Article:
S A N TA F E ’ S N E W E S T C H E F ! The Inn and Spa at Loretto is pleased to introduce Chef Matt Ostrander as Luminaria Restaurant’s new Executive Chef. Chef Matt is no stranger to the local Santa Fe foodies. A quintessential Santa Fe chef, Matt is self trained, gaining his experience as a true Santa Fe chef in some of the great culinary establishments in the area. Luminaria menus focus on Chef Matt’s sustainable approach to his cuisine featuring an abundance of fresh, locally-grown ingredients with the perfect Southwest twist. Serving breakfast, lunch and dinner daily. Cena Pronto Three Course Menu available from 5:00pm – 6:30pm. Legacy Club members enjoy 20% savings on regular menu.

211 Old Santa Fe Trail | 505.984.7915 |

A Taste of Life in New Mexico

MARCH 2011


Albuquerque by Christie Chisholm


Last month I told you about the new Readings on the Rio Grande literary series Bookworks and ABC Libraries have put together, featuring world-renowned authors and their newest works. Now I can’t help but tell you about this month’s readings, and you’ll see why. It starts on Tuesday, March 1, with Alan Arkin, who’s launching his memoir, An Improvised Life. As if you didn’t already know, Arkin has appeared in more than 80 films, including Edward Scissorhands, The Last Unicorn and, of course, Little Miss Sunshine. His reading starts at 7 p.m. at the KiMo Theatre (423 Central NW), and it’s free! A mere two days later, Yann Martel, Man Booker Prize winner and author of Life of Pi, will give a reading from his fable-like Holocaust allegory, Beatrice and Virgil. It’s at 7 p.m. on Thursday, March 3—also at the KiMo—and admission is free when you buy Martel’s $14 new release. Lastly, social media guru Gary Vaynerchuk brings his business-minded expertise to UNM’s Woodward Hall on Tuesday, March 15, at 7 p.m. With The Thank You Economy, Vaynerchuk writes about how to innovatively connect with customers. This one’s totally free. For tickets and more information, visit

| Alan Arkin

This is really cool. The Institute for Cocktail Excellence (ICE) holds an Innovative Drink of the Year Contest, and it takes entries from all over the world. The finalists in this contest are from some of the most well-known and prestigious bars across the globe, and this year’s lineup includes the American Bar at the Savoy in New York and Elixir in San Francisco. Also on that list is Casa Vieja Restaurant in Corrales. Four of its cocktails made it to the semi-finals (more than any other bar), and now its Flip the Date—made with Medjool date–infused Lustau Palo Cortado Sherry, maple syrup, Fee Bros. Aztec Chocolate Bitters and one small egg—is up against 11 other drinks. Cross your fingers and wish them luck as we wait for the results.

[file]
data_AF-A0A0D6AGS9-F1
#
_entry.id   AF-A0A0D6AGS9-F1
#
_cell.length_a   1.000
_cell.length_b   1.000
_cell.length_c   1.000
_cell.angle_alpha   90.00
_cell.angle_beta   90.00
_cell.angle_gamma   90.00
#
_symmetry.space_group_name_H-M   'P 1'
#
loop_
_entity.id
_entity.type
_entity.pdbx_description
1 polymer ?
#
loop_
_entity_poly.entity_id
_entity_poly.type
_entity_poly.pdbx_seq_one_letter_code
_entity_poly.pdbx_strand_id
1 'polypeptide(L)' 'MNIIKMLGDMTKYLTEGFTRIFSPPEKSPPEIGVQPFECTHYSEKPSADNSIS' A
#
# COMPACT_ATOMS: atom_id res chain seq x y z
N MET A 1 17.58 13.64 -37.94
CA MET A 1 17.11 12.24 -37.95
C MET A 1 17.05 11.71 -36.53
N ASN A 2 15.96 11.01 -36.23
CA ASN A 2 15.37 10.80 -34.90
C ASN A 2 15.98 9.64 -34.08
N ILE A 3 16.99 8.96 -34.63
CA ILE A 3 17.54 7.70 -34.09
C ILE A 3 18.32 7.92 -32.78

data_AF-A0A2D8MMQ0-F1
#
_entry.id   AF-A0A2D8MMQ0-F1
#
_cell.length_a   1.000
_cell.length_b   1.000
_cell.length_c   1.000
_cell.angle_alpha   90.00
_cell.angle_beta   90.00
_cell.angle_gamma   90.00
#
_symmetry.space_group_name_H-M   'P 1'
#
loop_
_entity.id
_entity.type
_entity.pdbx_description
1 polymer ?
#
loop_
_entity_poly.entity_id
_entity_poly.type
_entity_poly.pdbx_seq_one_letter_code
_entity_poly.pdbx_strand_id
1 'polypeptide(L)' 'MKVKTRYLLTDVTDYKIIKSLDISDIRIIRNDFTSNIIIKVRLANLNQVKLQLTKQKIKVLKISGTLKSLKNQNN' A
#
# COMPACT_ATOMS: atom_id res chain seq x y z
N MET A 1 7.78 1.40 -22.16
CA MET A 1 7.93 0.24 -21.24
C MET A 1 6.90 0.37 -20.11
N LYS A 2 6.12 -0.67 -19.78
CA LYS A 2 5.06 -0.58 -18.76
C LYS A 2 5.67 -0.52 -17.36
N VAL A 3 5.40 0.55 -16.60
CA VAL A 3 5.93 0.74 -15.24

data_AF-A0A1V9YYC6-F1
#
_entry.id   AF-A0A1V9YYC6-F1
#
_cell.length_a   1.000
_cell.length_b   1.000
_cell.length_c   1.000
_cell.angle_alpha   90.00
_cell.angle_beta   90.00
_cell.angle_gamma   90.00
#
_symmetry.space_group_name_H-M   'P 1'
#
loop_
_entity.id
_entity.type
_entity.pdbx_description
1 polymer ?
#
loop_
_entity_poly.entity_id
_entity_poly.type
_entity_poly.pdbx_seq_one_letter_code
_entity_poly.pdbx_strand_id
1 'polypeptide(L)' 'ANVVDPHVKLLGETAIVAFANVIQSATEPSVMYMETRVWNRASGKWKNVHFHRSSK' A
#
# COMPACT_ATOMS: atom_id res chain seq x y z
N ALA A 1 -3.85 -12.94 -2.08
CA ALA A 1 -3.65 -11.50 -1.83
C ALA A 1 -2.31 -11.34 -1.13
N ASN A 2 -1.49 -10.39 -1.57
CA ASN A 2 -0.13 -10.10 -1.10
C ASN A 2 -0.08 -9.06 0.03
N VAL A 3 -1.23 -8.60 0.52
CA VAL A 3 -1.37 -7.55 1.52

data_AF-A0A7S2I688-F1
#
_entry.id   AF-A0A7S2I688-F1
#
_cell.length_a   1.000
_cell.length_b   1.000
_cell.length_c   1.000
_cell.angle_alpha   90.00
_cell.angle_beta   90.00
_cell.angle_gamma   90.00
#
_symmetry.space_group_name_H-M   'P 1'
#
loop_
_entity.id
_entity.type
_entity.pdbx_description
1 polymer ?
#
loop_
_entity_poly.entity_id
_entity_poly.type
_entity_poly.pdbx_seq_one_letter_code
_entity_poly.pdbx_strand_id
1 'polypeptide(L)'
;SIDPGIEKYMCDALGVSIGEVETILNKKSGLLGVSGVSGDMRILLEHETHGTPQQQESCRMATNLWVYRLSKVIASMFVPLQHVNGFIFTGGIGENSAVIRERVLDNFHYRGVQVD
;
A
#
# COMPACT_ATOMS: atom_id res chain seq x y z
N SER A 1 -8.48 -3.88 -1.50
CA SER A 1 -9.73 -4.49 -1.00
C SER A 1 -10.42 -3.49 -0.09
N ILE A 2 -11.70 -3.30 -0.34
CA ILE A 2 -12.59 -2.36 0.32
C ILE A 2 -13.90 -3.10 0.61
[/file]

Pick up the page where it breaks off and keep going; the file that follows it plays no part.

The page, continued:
MARCH 2011

There are three awesome events coming to Popejoy Hall this month, and I couldn’t decide which one to promote—so I’m going to tell you about all three. First, Dance Theatre of Harlem gives a one-

| Martha Graham Dance Company

night performance on Thursday, March 3, at 7:30 p.m. This fantastic ballet company’s neoclassical style often gives way to other forms of dance, making sure audiences are always surprised. In more dance news, Martha Graham Dance Company is also coming through for one night only on Friday, March 25, at 8 p.m. Three years ago, the company commissioned three choreographers to develop variations of its classic “Lamentation” for a September 11 performance. The results were so successful that the company has now asked more choreographers to create similar pieces. These, along with a Martha Graham piece from 1935 called “Panorama,” will be on the program for the night. Finally, and on an entirely different note, The Aluminum Show will be here on Friday, March 18, at 8 p.m. and on Saturday, March 19, at 3 and 8 p.m. Have no idea what The Aluminum Show is? Just know that’s it’s amazing, and that dancers, gymnasts and strange animated forms will all be swathed in one of America’s favorite household accoutrements. It’s flashy, funny and good for kids and adults alike. For tickets and answers to all of your questions, call 505.925.5858 or 877.644.8661 or visit www.